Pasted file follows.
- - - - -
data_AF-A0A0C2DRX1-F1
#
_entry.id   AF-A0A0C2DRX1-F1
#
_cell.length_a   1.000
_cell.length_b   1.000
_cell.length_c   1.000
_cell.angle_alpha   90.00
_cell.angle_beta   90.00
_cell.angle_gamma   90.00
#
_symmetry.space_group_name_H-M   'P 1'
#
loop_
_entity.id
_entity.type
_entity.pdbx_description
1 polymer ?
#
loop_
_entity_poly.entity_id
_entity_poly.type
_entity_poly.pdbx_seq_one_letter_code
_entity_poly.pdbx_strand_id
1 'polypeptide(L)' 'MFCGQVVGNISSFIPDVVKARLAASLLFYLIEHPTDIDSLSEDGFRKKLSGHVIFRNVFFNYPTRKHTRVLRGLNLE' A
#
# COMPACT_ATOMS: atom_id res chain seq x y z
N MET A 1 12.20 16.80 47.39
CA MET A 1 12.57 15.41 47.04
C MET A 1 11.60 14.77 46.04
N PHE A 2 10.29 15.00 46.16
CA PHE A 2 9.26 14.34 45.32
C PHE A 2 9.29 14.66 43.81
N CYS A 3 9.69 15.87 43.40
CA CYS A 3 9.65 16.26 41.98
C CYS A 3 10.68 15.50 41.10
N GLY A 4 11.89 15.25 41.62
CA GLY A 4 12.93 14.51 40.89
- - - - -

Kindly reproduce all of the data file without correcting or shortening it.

data_AF-A0A0C2DRX1-F1
#
_entry.id   AF-A0A0C2DRX1-F1
#
_cell.length_a   1.000
_cell.length_b   1.000
_cell.length_c   1.000
_cell.angle_alpha   90.00
_cell.angle_beta   90.00
_cell.angle_gamma   90.00
#
_symmetry.space_group_name_H-M   'P 1'
#
loop_
_entity.id
_entity.type
_entity.pdbx_description
1 polymer ?
#
loop_
_entity_poly.entity_id
_entity_poly.type
_entity_poly.pdbx_seq_one_letter_code
_entity_poly.pdbx_strand_id
1 'polypeptide(L)' 'MFCGQVVGNISSFIPDVVKARLAASLLFYLIEHPTDIDSLSEDGFRKKLSGHVIFRNVFFNYPTRKHTRVLRGLNLE' A
#
# COMPACT_ATOMS: atom_id res chain seq x y z
N MET A 1 12.20 16.80 47.39
CA MET A 1 12.57 15.41 47.04
C MET A 1 11.60 14.77 46.04
N PHE A 2 10.29 15.00 46.16
CA PHE A 2 9.26 14.34 45.32
C PHE A 2 9.29 14.66 43.81
N CYS A 3 9.69 15.87 43.40
CA CYS A 3 9.65 16.26 41.98
C CYS A 3 10.68 15.50 41.10
N GLY A 4 11.89 15.25 41.62
CA GLY A 4 12.93 14.51 40.89